Covid Pandemic: India red flags West Bengal’s rising cases
Amidst mounting concerns over the detection of the new and faster-spreading variant of the Delta-plus coronavirus in certain parts of India, the country's health authorities have asked the West Bengal government to check the rising number of fresh Covid-19 cases in the state, particularly in Kolkata, following the Durga Puja festival.
The state government has prompted the Sonarpur-Rajpur Municipality authorities in south 24 Parganas district to shut down all markets and shops in all its 35 wards barring those dealing in essential commodities for three days from October 28 because of a surge in Covid cases in the last one week.
The step has been taken to break the chain of infections, said a state health ministry official.
Some micro-containment zones with restrictions on the movement of people and transport have been set up in parts of Purba Medininpur district.
West Bengal has been reporting about 800 new Covid-19 cases for the last one week after registering nearly 1,000 infections for a couple of days, according to the state health department data.
The state's cumulative tally of cases rose to 15,88,066, while the 15 fresh fatalities took the death toll to 19,081.
In a letter to West Bengal Health Secretary, Indian Health Secretary Rajesh Bhushan expressed concern over the rising Covid cases and said if the trend is allowed to continue unchecked, it may severely strain West Bengal's health facilities.
Despite the warning by doctors, the Bengal government relaxed Covid-19 curbs during the Durga Puja celebrations and there were major violations of Covid protocols as lakhs of people, many of them without masks, had swarmed thousands of puja pandals without maintaining social distancing.
The spurt in Covid cases in West Bengal comes at a time when the number of Delta AY.4.2 variant of coronavirus, which is spreading rapidly in some countries, has gone up to seven in the southern state of Karnataka.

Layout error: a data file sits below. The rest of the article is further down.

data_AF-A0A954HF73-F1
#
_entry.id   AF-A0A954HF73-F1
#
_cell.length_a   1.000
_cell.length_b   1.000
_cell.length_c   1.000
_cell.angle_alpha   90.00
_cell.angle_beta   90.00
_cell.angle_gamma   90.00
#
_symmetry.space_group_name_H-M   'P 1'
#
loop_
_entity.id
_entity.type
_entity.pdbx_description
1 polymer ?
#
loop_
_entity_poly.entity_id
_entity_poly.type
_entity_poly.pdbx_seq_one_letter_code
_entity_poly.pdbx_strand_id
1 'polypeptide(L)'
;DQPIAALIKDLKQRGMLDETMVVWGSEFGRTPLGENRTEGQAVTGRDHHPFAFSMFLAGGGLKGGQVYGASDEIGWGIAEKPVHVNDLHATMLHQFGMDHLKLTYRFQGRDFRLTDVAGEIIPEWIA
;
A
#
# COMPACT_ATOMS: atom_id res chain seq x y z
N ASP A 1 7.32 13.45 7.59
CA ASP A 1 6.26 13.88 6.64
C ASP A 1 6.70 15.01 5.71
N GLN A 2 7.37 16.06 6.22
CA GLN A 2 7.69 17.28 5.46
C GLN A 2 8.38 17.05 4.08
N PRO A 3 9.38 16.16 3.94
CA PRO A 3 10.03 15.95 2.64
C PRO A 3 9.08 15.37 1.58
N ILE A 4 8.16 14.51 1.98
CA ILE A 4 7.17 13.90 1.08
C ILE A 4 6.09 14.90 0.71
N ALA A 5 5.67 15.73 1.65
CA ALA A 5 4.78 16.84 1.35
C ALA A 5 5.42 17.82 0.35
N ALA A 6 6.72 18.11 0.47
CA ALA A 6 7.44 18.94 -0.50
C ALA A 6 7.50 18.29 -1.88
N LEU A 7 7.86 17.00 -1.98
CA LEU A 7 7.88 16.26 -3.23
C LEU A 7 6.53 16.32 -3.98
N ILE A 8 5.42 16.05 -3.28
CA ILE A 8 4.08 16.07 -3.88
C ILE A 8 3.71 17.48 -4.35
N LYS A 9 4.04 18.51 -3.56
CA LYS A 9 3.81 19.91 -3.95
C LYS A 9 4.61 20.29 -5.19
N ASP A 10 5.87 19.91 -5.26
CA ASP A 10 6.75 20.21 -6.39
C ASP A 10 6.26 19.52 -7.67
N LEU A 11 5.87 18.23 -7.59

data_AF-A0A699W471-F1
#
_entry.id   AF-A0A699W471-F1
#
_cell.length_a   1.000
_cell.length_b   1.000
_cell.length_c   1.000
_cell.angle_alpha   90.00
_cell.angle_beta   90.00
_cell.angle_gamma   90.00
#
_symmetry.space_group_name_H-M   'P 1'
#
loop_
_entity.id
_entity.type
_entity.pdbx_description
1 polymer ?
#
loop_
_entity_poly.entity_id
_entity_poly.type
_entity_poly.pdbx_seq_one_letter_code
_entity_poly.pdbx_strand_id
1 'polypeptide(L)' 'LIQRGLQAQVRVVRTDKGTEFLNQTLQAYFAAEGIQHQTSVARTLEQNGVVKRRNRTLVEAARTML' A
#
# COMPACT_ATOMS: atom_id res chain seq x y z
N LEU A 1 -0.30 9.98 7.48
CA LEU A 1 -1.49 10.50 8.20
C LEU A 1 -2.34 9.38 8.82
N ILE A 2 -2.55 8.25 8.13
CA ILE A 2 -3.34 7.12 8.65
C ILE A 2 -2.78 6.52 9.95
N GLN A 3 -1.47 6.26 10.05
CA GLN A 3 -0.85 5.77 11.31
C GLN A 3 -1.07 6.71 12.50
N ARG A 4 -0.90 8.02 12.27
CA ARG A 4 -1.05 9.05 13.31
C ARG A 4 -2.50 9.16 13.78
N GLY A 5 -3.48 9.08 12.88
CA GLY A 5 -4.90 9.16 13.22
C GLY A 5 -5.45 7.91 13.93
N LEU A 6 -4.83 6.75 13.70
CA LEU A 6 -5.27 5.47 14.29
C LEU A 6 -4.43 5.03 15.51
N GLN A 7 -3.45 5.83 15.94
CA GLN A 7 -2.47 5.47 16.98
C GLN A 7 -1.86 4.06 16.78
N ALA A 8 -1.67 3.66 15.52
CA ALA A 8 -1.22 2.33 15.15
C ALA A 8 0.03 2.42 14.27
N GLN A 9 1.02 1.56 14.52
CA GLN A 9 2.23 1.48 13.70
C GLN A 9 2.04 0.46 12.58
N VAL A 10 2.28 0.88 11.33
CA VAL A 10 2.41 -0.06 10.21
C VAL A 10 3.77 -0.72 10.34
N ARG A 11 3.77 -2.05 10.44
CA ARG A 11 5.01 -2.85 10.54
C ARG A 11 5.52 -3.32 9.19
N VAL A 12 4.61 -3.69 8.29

The new mutant, which has already caused concerns in the UK and Russia, was earlier detected in seven persons in the central Indian city of Indore and around 26 cases in the western state of Maharashtra.
Bhushan asked the West Bengal authorities to expedite the administering of the second dose of the Covid-19 vaccines and ensure strict adherence to safety protocols.
PANDEMIC 'FAR FROM FINISHED': WHO
The Covid-19 crisis is far from over, said the World Health Organisation's emergency committee on Tuesday as it called for research into the next generation of vaccines for the long-term control of the pandemic, reports AFP.
The 19-member committee meets every three months to discuss the pandemic and make recommendations.
"While progress has been made through increased uptake of Covid-19 vaccines and therapeutics, analysis of the present situation and forecasting models indicate that the pandemic is far from finished," the WHO said in a statement on Friday's four-hour virtual meeting.
The committee called for further research into reusable masks and respirators, and next-generation vaccines, diagnostics and therapeutics "for long-term control of the pandemic".
The use of masks, physical distancing, hand hygiene, and improving the ventilation of indoor spaces remain key to reducing transmission of SARS CoV-2, the statement said.
The committee said the protracted pandemic was making humanitarian emergencies, mass migration and other crises more complex. States should therefore revise their preparedness and response plans.
It raised concerns about Africa's challenges in tackling the pandemic, including access to vaccines, tests and treatments as well as collecting and analysing data to monitor the pandemic's evolution.
The committee first declared on January 30 last year that the virus was a public health emergency of international concern (PHEIC) -- the highest alarm the WHO can sound.
It also said that proof of vaccination should not be required for international travel or be the only condition for it "given limited global access and inequitable distribution of Covid-19 vaccines".
Countries instead should consider a "risk-based approach to the facilitation of international travel by lifting or modifying measures, such as testing and/or quarantine requirements, when appropriate".